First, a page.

MS5803-14BA Pressure Sensor Hookup Guide
The MS5803-14BA is a pressure sensor with an I2C (“Wire”) and SPI interface.
Pressure sensors measure the absolute pressure of the fluid around them. This includes air, water, and anything else that acts like a viscous fluid. Depending on how you interpret the data, you can determine altitude, water depth, or any other tasks that require an accurate pressure reading.
Covered in This Tutorial
We will show you how to connect this sensor to an Arduino microcontroller and use the included software library to get measurements out of the sensor. We’ll also show you how to interpret the readings showing changes in altitude and water depth.
This part is easy to use. But before you start, we recommend the following background knowledge:
Connecting the Hardware - I2C
In this example, we will communicate with the MS5803-14BA using the I2C interface.
The MS5803-14BA Breakout Board breaks out seven connections from the IC. We traditionally call these connections “pins” because they come from the pins on the IC, but they are actually holes that you can solder wires or header pins to.
We’ll connect four of the seven pins on the board to your Arduino. The four pins you need are labeled GND, VCC, SCL, and SDA.
Connecting Headers to the Board
You can use any method you like to make your connections to the board. For this example, we’ll solder on a seven-pin length of male-male header strip, and use male-female jumper wires to connect the MS5803-14BA to your Arduino.
Solder a 7-pin length of male-male header to the board. You can solder it to either side. The bottom is more useful for breadboards, and the top is more useful for jumper wires.
Connecting the Board to your Arduino
When you’re done soldering, connect the GND, 3.3v, SDA, and SCL pins to your Arduino. Different Arduino models use different pins for the I2C interface; use the following chart to determine where to plug everything in.
IMPORTANT: Connect the power pins (3.3v and GND) ONLY to a 3.3V supply. Larger voltages will permanently damage the part. Note that because I2C uses open drain drivers, it is safe to connect the I2C pins (DA and CL) to an I2C port on a 5V microprocessor.
|MS5803-14BA label||Pin function||Arduino connection|
|3.3v||3.3V power supply||3.3V|
Any pin labeled SDA, or:
Any pin labeled SCL, or:
Once you have the MS5803-14BA connected to your Arduino, we’re ready to play with the software.
Installing the Arduino Library
Libraries are collections of software functions geared towards a single purpose, such as communicating with a specific device. Arduino comes with a number of built-in libraries that help you do advanced tasks. We’ve written an Arduino library called SFE_MS5803_14BA_I2C that allows you to easily talk to the MS5803 sensor. This library is not included with the stock Arduino software, but don’t worry, installing new libraries is easy.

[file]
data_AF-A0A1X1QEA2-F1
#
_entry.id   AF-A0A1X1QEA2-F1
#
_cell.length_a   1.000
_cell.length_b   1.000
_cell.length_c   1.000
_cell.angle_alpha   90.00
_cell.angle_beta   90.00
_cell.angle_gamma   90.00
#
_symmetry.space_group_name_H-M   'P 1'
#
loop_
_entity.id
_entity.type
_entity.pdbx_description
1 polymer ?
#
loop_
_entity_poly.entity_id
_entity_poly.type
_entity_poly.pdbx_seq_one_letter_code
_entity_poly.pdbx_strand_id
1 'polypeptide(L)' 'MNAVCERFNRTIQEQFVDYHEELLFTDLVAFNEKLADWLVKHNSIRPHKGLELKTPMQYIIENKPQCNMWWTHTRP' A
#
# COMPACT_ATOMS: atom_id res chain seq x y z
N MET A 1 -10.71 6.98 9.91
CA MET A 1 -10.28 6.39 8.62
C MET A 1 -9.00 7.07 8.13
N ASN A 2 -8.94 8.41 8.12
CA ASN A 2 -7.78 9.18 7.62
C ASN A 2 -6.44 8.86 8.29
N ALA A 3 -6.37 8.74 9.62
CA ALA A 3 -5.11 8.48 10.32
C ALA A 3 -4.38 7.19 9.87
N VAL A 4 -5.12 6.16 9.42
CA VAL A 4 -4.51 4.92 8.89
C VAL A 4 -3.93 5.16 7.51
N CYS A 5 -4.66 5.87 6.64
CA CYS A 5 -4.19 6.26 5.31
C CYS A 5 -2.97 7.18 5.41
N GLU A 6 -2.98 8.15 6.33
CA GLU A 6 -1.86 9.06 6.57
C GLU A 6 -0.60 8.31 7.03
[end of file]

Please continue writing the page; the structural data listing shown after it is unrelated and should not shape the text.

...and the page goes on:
1. Install the Arduino IDE
If you don’t already have the Arduino IDE (Integrated Development Environment) installed, download the version for your system (Windows, Mac, Linux) from http://arduino.cc/en/Main/Software and install it following the instructions on that site.
If you need help installing the IDE, check out our tutorial.
2. Install the SFE_MS5803_14BA_I2C Library
User-installed libraries live in a “libraries” folder within your personal Arduino sketch folder. On Windows systems your personal sketch folder is located in “My Documents/Arduino”. On Mac computers, it’s “~/Documents/Arduino”. On Linux it is usually “~/Arduino/sketchbook”. Locate your personal Arduino sketch folder and open it so you can drag new files into it.
Now download the latest MS5803 software archive from this link: https://github.com/sparkfun/MS5803-14BA_Breakout/archive/master.zip. You can either save the file to your system and open it later, or open it directly.
(Note that you can find the .zip file for any Github repository by looking for the “Download ZIP” button on the main page:)
Open the .zip file you just downloaded. (On most systems you should be able to double-click it to show the included files.) Open the folder called “MS5803-14BA_Breakout-master”, then “Libraries”, then “Arduino”. You should now see a folder called “SFE_MS5803_14BA_I2C”. Drag the “SFE_MS5803_14BA_I2C” folder from the .zip folder into your personal Arduino sketch folder. If you get a warning that there is already a libraries folder there, that’s fine. It just means you’ve already installed some libraries, which is great! Just tell your system to go ahead and overwrite them, which sounds alarming but will only add the new library to the existing folder.
That’s it! Now restart the Arduino IDE and you should be ready to go.
If any of these instructions are unclear, you can find more detailed instructions in our installing an arduino library tutorial.
Running the Example sketches
Running the Example Sketch
The library you just installed includes an example sketch that show basic operation of the MS5803. This are designed to be a starting point for writing your own code.
After you install the library, run the Arduino IDE, and open the following menu item: File / Examples / SFE_MS5803_14BA / SFE_MS5803_14BA_I2C_demo.
(If you don’t see this menu item, you may not have installed the library correctly, or didn’t restart the Arduino IDE. Take another look at the library installation page to see if you missed any steps.)
When the example opens, upload it to your Arduino (remember to select the correct board type and serial port), and open the Serial Monitor to 9600 baud. You should see some diagnostic information (if it can’t find the device, double check your hardware connections) followed by measurement readings.
Writing Your Own Sketches
The comments and code in the example sketch should get you started when writing your own sketches. In many cases you should be able to copy and paste the example code into your own sketch.